#DUBeat Review – Pavsacha Nibandh: An Essay of Dissolving Rain and Romanticism

An uncomfortable parallel of beautification of pouring privilege, breakdowns the striking crescendo of class inequalities in Nagraj Manjule’s recently released short film Pavsacha Nibandh.

With dominating sound and aesthetic visuals of the ceaseless downpour in the rural realms of Maharashtra, begins the cinematic representations of Manjule’s brief description of division and discrimination. Young Raja (meaning King in Hindi) is ironically named so, as his possessions consist of a broken home, family, and pocket; set in one of the most secluded parts of the village, his only chance at any redemption, if at all, is education for which he goes to school.

Unfortunately, a place which should connect him to universal teaching rather teases him right in his face with its subjectivity. He is taught passively about the romanticism of rain through the poetry of Goldsmith by his teacher, who wants to impose an insult to kids who can’t weave essayed praises to the rain. The homework is writing ‘Pavsacha Nibandh’ which translates to ‘an essay of the rain.’

Infused with Sudhakar Reddy’s beautiful cinematography, Avinash Sonwane’s sound artistry, and Mahesh Kadam’s visual effects, the movie instills pleasing images and experiences, while juxtaposing the persistent predicament that rain becomes for another section of the society. Every time viewers wish to appreciate the aesthetic, they will be ensnared in the guilt of the privilege that enables them to enjoy that mysticism.

Upon returning from school, Raja finds his drunkard father lying unconscious in the corner of the market, as his younger sister, Pari, tends to him with her little failed efforts to not get him wet, as he lay drenched, Raja goes to the fields to call his mother for help. Much of the dialogues are hindered with the domineering sound of the rain, but mother’s agitation is quite palpable and consistent throughout the movie much like the rain. Actually, the status quo of each equation remains the same, similar to the backdrop of non-stop precipitation. With a long walk back home, herding cattles, goats, unconscious father, and the kids together, Raja’s mother steers through, to get each of them home.

The rain doesn’t stop, not even inside their broken home as the roof drops with water. The utensils are used more for collecting water droplets than for eating or cooking. Every successive effort to complete his homework is hindered by the very subject of the homework for Raja, as he fulfils his added chores, courtesy: rain, which extended their troubles. As the day nears end, the lamp which is his lighting source is to be given up to his mother for cooking as young Raja once again fails to complete his work.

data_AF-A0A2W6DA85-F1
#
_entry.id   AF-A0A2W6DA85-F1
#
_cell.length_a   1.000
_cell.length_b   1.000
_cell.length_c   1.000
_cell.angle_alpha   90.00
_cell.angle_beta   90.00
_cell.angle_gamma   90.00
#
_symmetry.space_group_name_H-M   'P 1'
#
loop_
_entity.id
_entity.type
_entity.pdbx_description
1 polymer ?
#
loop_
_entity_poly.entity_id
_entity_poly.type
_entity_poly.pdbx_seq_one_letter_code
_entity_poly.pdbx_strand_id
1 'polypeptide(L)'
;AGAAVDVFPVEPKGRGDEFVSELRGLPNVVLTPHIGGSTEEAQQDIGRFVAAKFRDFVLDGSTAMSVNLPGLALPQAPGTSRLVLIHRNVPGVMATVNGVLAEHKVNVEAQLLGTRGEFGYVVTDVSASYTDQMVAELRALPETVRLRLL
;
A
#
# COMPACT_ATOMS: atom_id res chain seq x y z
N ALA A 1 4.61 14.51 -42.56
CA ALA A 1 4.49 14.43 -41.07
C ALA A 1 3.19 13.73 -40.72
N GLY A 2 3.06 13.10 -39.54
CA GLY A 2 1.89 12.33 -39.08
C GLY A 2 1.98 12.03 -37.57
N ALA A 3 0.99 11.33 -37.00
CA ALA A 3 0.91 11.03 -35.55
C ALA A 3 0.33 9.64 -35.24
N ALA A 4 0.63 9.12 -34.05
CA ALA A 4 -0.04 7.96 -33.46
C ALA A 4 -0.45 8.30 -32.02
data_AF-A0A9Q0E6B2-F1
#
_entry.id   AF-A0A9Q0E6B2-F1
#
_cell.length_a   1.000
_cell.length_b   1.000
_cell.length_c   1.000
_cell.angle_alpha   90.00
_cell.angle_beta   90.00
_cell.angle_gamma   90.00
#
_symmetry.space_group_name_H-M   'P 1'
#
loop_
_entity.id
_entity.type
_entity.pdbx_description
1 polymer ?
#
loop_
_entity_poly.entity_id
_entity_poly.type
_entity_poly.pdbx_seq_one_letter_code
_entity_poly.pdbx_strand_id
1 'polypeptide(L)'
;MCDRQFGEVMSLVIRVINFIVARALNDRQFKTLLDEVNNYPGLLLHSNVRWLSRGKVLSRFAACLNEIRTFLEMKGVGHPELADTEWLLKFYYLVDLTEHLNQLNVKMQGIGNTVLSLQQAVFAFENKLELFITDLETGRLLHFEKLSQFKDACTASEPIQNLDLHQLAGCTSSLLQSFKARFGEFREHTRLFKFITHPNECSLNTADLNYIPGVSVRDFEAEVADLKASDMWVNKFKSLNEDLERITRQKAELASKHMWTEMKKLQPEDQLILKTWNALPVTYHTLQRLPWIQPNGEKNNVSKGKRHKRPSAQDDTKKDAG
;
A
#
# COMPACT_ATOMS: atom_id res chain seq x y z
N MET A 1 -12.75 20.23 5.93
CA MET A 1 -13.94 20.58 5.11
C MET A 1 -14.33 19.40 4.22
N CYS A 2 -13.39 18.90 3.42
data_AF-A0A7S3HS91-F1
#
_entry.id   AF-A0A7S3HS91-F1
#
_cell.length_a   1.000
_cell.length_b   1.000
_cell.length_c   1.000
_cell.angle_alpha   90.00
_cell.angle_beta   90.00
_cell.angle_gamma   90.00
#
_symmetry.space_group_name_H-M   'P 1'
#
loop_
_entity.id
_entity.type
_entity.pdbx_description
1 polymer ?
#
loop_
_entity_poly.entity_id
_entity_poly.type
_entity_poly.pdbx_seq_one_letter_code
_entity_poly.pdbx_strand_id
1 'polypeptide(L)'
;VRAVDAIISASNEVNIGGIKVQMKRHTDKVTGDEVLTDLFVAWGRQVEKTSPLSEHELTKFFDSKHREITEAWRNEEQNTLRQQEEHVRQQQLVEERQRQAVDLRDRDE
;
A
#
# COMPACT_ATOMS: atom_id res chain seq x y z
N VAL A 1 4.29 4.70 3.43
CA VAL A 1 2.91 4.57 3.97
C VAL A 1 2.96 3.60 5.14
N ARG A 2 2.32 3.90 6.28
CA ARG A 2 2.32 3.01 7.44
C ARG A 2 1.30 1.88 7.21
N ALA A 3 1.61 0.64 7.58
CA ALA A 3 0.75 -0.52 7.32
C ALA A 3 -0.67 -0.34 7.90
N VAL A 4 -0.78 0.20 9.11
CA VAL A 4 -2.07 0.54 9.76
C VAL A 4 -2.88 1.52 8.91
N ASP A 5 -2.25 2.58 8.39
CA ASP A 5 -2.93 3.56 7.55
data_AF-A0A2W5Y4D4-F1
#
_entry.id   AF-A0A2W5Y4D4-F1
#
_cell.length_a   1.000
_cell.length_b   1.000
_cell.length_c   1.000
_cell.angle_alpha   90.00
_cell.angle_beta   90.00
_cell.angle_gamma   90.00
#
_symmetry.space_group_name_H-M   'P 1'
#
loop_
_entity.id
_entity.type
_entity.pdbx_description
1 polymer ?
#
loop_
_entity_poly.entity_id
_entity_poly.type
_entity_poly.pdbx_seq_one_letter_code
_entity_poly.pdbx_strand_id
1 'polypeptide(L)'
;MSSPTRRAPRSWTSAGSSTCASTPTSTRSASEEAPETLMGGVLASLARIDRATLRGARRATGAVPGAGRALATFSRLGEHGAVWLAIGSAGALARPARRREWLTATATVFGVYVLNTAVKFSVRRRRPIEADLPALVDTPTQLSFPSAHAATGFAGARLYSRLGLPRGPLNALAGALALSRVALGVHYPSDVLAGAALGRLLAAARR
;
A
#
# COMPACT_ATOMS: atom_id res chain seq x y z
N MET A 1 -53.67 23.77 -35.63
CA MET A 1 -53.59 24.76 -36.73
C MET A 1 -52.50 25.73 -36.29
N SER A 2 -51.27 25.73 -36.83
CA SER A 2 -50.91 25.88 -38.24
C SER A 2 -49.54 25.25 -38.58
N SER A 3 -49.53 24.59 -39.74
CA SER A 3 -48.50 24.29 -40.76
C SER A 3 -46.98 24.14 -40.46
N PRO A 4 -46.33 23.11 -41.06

Many filmmakers have experimented with the element of rain like Wong Kar-wai, Mani Ratnam, Bong Joon-ho, etc. Nagraj who himself directed, screenplayed and wrote this story, made us appreciate the craft of his, for dismantling the romanticism – by exactly showing it in antithesis, and not turning it in any mockery or over the board representation. Despite all the lost hope, the thinnest shred of love in the family is seen between Raja and his sister who humour at the expense of their angered mother as she calls her unconscious husband with names. The nuances of the movie are praiseworthy, right from contrasting darkness of the rainy sky to Raja’s dingy home, and adding a disclaimer for not promoting corporal punishment. Manjule works with child actors quite well. None of the scenes will cry for sympathy, nowhere would Raja deliver a monologue, or show aggression, or frustration. He’d just exist, in his truest state, in front of our eyes, and that would be enough to make the upper class guilty of their prerogatives.

Pavsacha Nibandh mocks romanticism with realism. You don’t go praising and looking up at the sky if you are down with hunger and poverty. The movie in its short duration of 24 minutes starts from a school and cyclically ends back in school, with constant precipitation in the background, where the kids who have had the privilege of stable households read their essays of rain and Raja bends punished outside the class, away from the out-loud reading of the romanticism in his state of realism. 

Suggestions, for other short films if you like Pavsacha Nibandh: Bibtya, Pistulya, and Paywat

Feature Image Credits: Film Companion

Umaima Khanam



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